Today is January 11, 2011, Human Trafficking Awareness Day, unfortunately.  The 13th Amendment was signed by President Lincoln on February 1, 1865, unfortunately some 100+ years has been insufficient to remove slavery from the United States.  So we who live in the year 2011 have to have a day to remind us that we have more of our fellow-man enslaved today, January 11, 2011 than in any time in the recorded history of man. I can imagine you’re shaking your head and saying, “How can this possibly be?” You are not alone.  We all need to be asking ourselves this question.  How can we allow this to be, let alone continue.    

So let me share some reality.   Human Trafficking is occurring today in all of the United States, yes all 50 states, territories and the District of Columbia are experiencing the scourge of human trafficking.  I urge you to do your own research.  Start with your State Attorney General’s office.  You’ll be surprised at the level of slavery which exists in the United States, which exists in your state.  You might want to read my piece, Human Trafficking, Children as a Commodity.   It was written in 2009, but remains a good basic primer on the situation with respect to trafficking of children in the United States and identifies some good, hardworking organizations which could use your assistance.  

Prior to and concurrent with the Super Bowl, if you are paying attention you will see a migration of pimps and their charges, some voluntary, most not, into the metropolitan area surrounding Arlington, Texas.  To counter this migration of those who traffic in and exploit our youth, a collection of organizations are holding meetings and creating general awareness in the same metro area.  These include the Texas Anti-Trafficking in Persons organization, Shared Hope International, New Friends New Life, and Traffick911, all with the singular goal of keeping our youth safe and making it more difficult for the criminal element to operate within the fringes of the Super Bowl.  You see, the state of Texas has been making significant strides in addressing the trafficking of children within Texas ( see my study of December 2009, Humantrafficking: Children and Texas (Sextrafficking) .   If you’re at the Super Bowl this year and see a child soliciting sex, please don’t turn your head,  call 911 or National Human Trafficking Hotline, 1.888.373.7888  so that this child can be rescued.  You see, the average life expectancy of a child forced into sexual slavery is just seven years.  These children are NOT criminals, they are victims they need our help.  Perhaps collectively we can help make February 6 and the days leading up to them safe for all concerned.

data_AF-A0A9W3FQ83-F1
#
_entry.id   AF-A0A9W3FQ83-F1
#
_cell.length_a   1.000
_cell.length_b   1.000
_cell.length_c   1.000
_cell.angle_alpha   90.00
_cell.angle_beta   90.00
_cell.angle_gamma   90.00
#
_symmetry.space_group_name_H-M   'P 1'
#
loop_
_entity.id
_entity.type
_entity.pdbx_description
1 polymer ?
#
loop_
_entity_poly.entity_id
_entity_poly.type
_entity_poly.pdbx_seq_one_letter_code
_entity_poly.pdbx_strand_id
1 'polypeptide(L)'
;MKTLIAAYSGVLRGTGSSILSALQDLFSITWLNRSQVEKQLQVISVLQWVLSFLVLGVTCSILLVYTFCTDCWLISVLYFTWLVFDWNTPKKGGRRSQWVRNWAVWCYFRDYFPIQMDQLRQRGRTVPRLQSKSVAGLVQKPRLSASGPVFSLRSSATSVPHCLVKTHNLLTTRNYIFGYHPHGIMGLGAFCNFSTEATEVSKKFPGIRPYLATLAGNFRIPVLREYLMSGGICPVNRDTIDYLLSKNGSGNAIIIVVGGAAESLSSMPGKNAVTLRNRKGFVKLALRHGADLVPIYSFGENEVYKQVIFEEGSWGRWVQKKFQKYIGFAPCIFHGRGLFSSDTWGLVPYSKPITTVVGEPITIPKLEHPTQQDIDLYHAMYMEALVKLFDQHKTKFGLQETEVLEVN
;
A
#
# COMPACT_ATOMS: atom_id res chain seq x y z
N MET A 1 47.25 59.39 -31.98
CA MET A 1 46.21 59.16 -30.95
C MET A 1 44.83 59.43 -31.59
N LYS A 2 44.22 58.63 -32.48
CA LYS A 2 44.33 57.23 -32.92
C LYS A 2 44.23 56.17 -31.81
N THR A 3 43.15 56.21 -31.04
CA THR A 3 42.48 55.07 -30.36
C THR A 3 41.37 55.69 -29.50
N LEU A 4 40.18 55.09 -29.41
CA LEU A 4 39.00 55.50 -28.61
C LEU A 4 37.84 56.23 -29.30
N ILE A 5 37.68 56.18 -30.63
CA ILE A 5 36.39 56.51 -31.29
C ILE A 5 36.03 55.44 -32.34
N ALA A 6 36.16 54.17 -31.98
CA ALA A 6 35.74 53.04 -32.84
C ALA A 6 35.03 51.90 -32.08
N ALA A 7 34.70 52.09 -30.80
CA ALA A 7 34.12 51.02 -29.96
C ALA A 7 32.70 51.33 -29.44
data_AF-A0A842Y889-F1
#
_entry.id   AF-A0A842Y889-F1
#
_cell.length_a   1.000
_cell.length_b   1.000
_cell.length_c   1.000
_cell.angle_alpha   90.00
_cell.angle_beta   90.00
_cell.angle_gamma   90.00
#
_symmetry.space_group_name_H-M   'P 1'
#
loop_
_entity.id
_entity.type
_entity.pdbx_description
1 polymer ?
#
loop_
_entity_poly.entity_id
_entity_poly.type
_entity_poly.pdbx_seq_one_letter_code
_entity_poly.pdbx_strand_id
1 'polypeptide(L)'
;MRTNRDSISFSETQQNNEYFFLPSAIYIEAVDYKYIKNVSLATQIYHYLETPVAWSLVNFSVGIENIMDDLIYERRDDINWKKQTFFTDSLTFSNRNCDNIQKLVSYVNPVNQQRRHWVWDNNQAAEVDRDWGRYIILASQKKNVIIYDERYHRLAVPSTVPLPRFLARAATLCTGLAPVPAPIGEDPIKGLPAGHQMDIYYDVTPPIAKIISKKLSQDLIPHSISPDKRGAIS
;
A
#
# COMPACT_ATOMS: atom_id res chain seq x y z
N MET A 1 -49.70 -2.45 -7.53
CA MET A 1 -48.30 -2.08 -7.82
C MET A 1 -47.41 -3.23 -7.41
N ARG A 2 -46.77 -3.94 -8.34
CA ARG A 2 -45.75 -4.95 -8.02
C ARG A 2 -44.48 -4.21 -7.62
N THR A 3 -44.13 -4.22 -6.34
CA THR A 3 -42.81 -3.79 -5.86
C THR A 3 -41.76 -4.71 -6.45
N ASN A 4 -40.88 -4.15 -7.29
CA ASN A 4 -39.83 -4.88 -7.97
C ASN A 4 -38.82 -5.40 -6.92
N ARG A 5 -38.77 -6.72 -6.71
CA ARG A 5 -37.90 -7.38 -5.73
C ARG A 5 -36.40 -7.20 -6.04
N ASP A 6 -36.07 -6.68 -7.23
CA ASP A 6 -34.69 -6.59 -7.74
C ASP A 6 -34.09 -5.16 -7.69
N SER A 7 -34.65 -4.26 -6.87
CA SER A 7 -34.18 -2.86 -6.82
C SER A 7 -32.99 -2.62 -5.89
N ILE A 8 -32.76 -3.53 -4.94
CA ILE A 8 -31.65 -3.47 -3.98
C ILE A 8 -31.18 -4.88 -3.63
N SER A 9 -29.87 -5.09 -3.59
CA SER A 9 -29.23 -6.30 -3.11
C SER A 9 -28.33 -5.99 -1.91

I am heartened that our country’s leadership, President Barak Obama declared January 2011, National Slavery and  Human Trafficking Prevention Month.  Take  a moment and read it.   The President touches on all of the issues at hand and notes how we in the United States (let alone any other nation) are not immune from the presence of slavery.  His call to action needs to be heard by the citizens of the United States.  Here is his proclamation:  

Office of the Press Secretary
For Immediate Release   December 22, 2010
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Our Nation was founded on the enduring principles of equality and freedom for all. As Americans, it is our solemn responsibility to honor and uphold this legacy. Yet, around the world and even within the United States, victims of modern slavery are deprived of the most basic right of freedom. During
National Slavery and Human Trafficking Prevention Month, we rededicate ourselves to preventing and ending human trafficking, and we recognize all who continue to fight this serious human rights violation.